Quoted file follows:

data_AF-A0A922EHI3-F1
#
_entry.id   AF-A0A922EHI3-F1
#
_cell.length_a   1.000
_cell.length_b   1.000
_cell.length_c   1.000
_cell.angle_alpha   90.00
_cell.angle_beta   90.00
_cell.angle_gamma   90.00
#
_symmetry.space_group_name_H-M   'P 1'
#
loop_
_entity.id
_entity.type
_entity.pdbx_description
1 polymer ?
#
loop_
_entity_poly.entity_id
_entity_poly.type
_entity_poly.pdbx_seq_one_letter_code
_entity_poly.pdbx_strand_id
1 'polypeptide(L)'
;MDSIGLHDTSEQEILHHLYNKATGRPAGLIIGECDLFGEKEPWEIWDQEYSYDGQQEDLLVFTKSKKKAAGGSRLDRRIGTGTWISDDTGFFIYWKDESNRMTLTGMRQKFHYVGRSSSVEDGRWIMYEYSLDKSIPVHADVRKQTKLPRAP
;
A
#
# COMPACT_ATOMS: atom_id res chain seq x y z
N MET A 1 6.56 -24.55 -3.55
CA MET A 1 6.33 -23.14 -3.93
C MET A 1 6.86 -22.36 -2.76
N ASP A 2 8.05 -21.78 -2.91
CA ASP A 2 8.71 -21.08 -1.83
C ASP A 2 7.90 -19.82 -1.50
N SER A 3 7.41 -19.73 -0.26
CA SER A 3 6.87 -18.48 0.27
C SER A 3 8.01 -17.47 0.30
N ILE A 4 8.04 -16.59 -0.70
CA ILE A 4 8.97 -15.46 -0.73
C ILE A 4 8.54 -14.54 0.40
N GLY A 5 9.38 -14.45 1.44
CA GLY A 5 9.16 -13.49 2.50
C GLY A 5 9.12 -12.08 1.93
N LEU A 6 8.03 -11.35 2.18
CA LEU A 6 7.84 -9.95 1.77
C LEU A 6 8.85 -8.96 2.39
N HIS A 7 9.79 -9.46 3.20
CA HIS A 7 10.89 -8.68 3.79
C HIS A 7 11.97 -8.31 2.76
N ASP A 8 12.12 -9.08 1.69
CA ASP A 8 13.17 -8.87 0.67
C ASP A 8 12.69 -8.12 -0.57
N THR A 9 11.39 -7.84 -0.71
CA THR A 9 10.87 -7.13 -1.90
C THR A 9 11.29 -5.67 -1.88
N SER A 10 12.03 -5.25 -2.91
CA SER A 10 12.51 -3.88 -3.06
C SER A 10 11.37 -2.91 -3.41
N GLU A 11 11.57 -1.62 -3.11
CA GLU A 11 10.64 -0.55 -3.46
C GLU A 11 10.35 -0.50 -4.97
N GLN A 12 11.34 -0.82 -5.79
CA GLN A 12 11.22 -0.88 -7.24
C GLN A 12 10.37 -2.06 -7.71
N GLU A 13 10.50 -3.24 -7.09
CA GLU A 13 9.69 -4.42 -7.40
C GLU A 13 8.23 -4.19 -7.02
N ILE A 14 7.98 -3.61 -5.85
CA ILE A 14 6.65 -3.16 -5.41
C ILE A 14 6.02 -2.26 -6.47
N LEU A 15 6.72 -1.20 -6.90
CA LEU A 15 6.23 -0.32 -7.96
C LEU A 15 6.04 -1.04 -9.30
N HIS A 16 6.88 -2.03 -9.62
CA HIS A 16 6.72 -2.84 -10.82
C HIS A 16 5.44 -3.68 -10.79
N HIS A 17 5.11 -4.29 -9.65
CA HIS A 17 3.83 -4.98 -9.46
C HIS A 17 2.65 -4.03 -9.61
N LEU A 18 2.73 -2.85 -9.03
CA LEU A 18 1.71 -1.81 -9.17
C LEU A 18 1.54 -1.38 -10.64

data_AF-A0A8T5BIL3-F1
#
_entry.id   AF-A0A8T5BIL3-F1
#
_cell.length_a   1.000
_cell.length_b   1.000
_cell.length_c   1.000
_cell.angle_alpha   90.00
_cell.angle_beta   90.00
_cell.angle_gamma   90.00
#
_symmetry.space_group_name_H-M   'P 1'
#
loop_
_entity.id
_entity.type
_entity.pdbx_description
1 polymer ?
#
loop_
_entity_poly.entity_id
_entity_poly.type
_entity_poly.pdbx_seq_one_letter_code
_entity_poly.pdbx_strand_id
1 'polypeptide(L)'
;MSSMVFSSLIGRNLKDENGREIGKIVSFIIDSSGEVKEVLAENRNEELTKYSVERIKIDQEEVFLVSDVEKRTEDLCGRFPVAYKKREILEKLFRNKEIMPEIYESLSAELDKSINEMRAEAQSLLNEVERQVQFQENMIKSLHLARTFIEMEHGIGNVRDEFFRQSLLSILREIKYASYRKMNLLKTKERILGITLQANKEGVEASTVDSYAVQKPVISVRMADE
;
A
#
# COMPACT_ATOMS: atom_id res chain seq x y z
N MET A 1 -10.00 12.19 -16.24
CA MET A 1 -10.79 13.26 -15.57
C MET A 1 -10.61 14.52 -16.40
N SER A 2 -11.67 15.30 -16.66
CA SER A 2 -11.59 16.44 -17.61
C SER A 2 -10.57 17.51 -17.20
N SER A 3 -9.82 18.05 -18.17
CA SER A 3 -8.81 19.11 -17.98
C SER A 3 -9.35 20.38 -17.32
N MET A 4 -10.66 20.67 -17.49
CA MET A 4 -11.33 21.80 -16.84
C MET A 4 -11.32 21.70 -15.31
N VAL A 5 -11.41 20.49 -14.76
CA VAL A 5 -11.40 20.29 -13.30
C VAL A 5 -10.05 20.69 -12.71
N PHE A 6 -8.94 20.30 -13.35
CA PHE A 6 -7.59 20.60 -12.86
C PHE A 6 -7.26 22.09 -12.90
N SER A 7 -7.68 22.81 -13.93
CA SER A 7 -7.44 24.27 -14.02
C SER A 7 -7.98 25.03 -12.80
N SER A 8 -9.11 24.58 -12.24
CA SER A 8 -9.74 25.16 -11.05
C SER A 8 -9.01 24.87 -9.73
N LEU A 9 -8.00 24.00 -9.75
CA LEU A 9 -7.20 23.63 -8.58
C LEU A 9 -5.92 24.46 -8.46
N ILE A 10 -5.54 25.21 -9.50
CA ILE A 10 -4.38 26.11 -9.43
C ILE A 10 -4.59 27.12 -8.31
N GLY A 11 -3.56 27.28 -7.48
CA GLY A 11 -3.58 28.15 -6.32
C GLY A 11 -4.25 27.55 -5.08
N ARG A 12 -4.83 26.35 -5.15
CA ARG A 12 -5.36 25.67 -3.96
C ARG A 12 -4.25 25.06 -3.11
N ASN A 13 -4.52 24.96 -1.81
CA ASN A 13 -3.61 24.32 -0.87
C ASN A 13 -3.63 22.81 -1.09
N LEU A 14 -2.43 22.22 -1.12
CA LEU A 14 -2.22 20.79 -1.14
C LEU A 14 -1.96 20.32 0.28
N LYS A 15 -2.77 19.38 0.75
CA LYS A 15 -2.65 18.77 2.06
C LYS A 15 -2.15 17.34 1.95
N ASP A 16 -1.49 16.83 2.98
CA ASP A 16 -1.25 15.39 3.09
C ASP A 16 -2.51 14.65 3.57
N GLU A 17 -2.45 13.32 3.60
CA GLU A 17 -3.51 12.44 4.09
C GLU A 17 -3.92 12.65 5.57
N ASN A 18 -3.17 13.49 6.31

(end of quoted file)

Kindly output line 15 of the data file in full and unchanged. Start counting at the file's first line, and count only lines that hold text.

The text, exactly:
_entity.id